As reported by powerhouse engines like Google and Yahoo, social networking is the monarch of the Internet. Sites like MySpace, Facebook, Hi5, Perfspot, and others clearly dominated 2007’s search terms. Now the trend of niche social networking/interaction sites—MySpace for select markets, if you will—is on the rise. A shining example is SoccerFlow.com, giving fans of the “beautiful game” a little corner of the WWW to call home.

SoccerFlow is quite new, but rapidly gaining popularity. And once you start exploring the site, you understand why. Even those who aren’t fans of soccer (“football” to the rest of the world) can appreciate the wealth of features.

The main draw is groups, central places where SoccerFlow members gather to engage in discussions—sometimes heated, sometimes silly, sometimes thought-provoking and deep. There are new groups created every day and it’s fair to say eventually every league and club in the world could be represented. The sky’s the limit.

Like MySpace and its kin, SoccerFlow offers hosting for videos, photos, and files. Both individuals and groups contribute content; a treasure trove of live action can already be found in their growing video archive. One group even offers ring tones from the popular Setanta Sports comedy series “I’m on Setanta Sports”.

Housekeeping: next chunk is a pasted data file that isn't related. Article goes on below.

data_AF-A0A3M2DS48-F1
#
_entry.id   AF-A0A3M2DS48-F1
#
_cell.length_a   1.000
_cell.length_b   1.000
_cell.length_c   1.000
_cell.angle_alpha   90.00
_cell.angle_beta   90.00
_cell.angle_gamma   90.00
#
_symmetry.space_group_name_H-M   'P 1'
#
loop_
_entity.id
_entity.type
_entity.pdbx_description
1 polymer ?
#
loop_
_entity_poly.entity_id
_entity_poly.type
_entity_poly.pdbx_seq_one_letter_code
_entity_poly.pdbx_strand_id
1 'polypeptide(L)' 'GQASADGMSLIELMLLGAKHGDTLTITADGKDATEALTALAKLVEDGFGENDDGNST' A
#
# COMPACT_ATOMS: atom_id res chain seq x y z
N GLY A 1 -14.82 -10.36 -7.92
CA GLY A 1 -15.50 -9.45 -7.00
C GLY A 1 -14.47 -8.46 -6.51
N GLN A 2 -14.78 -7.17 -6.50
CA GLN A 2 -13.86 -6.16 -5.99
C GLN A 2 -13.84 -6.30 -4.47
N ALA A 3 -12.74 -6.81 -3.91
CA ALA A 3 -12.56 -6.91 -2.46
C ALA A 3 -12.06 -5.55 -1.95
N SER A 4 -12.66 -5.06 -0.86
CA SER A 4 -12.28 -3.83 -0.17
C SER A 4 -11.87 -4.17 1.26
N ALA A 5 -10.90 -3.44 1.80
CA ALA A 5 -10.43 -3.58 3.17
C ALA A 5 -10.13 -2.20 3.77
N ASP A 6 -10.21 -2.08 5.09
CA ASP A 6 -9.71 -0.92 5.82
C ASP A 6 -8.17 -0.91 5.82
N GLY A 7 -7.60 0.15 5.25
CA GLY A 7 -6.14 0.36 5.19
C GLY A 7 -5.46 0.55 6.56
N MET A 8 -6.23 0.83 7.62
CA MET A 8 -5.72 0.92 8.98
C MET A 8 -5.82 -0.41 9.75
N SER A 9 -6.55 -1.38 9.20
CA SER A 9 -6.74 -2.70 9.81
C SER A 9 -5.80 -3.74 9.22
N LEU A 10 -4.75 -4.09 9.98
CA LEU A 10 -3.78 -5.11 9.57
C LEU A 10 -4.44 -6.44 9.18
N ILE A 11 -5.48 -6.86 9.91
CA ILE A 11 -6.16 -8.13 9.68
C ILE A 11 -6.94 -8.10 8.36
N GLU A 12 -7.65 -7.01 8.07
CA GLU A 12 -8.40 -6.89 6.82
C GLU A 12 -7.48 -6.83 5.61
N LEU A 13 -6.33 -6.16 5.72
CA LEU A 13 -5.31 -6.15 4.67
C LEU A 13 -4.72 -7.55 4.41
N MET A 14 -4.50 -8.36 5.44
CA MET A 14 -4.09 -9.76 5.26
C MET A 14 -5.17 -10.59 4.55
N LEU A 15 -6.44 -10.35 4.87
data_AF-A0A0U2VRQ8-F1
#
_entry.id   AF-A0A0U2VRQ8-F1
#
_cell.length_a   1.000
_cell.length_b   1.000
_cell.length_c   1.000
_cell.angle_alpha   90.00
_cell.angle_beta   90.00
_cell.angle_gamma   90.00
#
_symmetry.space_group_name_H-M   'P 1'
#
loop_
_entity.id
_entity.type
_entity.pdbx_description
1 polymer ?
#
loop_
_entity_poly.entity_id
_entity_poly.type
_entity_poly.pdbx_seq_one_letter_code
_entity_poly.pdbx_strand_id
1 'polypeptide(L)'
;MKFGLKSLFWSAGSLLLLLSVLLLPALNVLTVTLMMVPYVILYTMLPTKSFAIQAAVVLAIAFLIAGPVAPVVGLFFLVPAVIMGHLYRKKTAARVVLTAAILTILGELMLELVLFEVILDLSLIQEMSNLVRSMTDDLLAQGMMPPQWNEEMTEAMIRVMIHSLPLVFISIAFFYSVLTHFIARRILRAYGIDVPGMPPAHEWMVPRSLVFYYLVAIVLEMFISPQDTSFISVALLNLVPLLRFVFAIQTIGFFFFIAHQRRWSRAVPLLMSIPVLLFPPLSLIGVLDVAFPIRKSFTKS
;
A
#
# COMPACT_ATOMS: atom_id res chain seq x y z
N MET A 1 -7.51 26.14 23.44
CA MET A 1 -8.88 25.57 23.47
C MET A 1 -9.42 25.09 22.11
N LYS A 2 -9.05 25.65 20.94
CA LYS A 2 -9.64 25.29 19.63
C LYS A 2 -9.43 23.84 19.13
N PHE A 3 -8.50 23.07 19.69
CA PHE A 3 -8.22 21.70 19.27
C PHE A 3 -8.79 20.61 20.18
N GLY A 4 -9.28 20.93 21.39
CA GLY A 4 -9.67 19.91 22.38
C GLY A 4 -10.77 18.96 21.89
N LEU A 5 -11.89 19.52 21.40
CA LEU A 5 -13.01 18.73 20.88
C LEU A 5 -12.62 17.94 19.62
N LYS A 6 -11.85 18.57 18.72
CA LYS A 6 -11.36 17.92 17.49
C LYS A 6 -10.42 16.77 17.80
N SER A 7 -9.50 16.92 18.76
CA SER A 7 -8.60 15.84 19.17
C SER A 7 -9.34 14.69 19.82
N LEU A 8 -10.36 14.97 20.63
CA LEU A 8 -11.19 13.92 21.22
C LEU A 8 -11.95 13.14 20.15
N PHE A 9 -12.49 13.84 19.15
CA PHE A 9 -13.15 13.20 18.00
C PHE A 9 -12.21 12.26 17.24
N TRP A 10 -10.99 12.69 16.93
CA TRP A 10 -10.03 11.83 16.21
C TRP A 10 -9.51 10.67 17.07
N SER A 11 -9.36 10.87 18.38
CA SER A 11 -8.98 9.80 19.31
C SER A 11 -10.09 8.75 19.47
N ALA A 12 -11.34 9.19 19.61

It also offers the same “profile” features as other social networking sites, but tailored to the purpose and spirit of the site. In addition to personal information, favorite club, favorite international team, and favorite player, users have the ability to add their curriculum vitae as players or coaches. As such, everyone from coaches of casual weekend crews to professional players can be found networking on the site.

Users can also express their thoughts and demonstrate their savvy in personal blogs.

A popular feature of the site is its classifieds area, particularly useful for this market. Those seeking to buy or sell gear, arrange pick-up games, or find players for teams need look no further.

SoccerFlow’s creators have been smart and bold in their marketing. They recently partnered with World Soccer Daily, one of the sport’s premier radio shows (found on Sirius and iTunes). Thanks to the show’s promotional efforts, which included a live chat with both hosts last week, the World Soccer Daily discussion group alone has 400 members—and growing.

One can only imagine the possibilities for social networking sites appealing to very specific audiences. Renaissance Faire enthusiasts? Star Trek lovers? Supporters of Barack Obama? Environmentalists? Why not? SoccerFlow’s early success shows there’s great potential in the idea. If MySpace ruled in 2007, perhaps Google and Yahoo will report the SoccerFlows of this emerging niche social interaction trend steal the crown for 2008.

SoccerFlow can be found at http://www.soccerflow.com

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